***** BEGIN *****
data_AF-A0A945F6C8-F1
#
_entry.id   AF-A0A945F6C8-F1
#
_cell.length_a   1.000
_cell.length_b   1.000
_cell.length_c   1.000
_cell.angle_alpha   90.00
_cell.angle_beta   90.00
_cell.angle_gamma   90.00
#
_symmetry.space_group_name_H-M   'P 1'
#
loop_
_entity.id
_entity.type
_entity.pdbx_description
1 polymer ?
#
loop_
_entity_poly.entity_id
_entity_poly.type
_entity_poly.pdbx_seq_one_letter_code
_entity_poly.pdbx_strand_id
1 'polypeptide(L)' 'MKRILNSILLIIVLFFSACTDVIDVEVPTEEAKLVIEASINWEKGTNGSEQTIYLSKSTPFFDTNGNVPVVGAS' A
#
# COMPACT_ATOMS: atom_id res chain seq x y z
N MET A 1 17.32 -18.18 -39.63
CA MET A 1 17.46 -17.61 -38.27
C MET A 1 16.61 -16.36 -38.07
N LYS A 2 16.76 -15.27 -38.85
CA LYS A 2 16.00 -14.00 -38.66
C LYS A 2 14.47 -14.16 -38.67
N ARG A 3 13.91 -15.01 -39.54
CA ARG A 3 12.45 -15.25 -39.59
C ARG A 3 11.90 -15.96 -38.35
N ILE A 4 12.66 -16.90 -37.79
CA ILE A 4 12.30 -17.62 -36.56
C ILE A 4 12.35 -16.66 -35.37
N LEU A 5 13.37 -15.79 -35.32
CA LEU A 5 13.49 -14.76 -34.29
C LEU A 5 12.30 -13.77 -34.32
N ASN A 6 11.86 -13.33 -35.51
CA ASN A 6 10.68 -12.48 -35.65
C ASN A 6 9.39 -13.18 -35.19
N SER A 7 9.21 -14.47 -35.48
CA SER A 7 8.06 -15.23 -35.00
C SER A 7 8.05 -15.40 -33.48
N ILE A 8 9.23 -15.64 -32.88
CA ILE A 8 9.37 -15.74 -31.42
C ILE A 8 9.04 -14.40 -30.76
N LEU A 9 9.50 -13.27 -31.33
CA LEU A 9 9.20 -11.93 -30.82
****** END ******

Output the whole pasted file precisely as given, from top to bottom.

data_AF-A0A945F6C8-F1
#
_entry.id   AF-A0A945F6C8-F1
#
_cell.length_a   1.000
_cell.length_b   1.000
_cell.length_c   1.000
_cell.angle_alpha   90.00
_cell.angle_beta   90.00
_cell.angle_gamma   90.00
#
_symmetry.space_group_name_H-M   'P 1'
#
loop_
_entity.id
_entity.type
_entity.pdbx_description
1 polymer ?
#
loop_
_entity_poly.entity_id
_entity_poly.type
_entity_poly.pdbx_seq_one_letter_code
_entity_poly.pdbx_strand_id
1 'polypeptide(L)' 'MKRILNSILLIIVLFFSACTDVIDVEVPTEEAKLVIEASINWEKGTNGSEQTIYLSKSTPFFDTNGNVPVVGAS' A
#
# COMPACT_ATOMS: atom_id res chain seq x y z
N MET A 1 17.32 -18.18 -39.63
CA MET A 1 17.46 -17.61 -38.27
C MET A 1 16.61 -16.36 -38.07
N LYS A 2 16.76 -15.27 -38.85
CA LYS A 2 16.00 -14.00 -38.66
C LYS A 2 14.47 -14.16 -38.67
N ARG A 3 13.91 -15.01 -39.54
CA ARG A 3 12.45 -15.25 -39.59
C ARG A 3 11.90 -15.96 -38.35
N ILE A 4 12.66 -16.90 -37.79
CA ILE A 4 12.30 -17.62 -36.56
C ILE A 4 12.35 -16.66 -35.37
N LEU A 5 13.37 -15.79 -35.32
CA LEU A 5 13.49 -14.76 -34.29
C LEU A 5 12.30 -13.77 -34.32
N ASN A 6 11.86 -13.33 -35.51
CA ASN A 6 10.68 -12.48 -35.65
C ASN A 6 9.39 -13.18 -35.19
N SER A 7 9.21 -14.47 -35.48
CA SER A 7 8.06 -15.23 -35.00
C SER A 7 8.05 -15.40 -33.48
N ILE A 8 9.23 -15.64 -32.88
CA ILE A 8 9.37 -15.74 -31.42
C ILE A 8 9.04 -14.40 -30.76
N LEU A 9 9.50 -13.27 -31.33
CA LEU A 9 9.20 -11.93 -30.82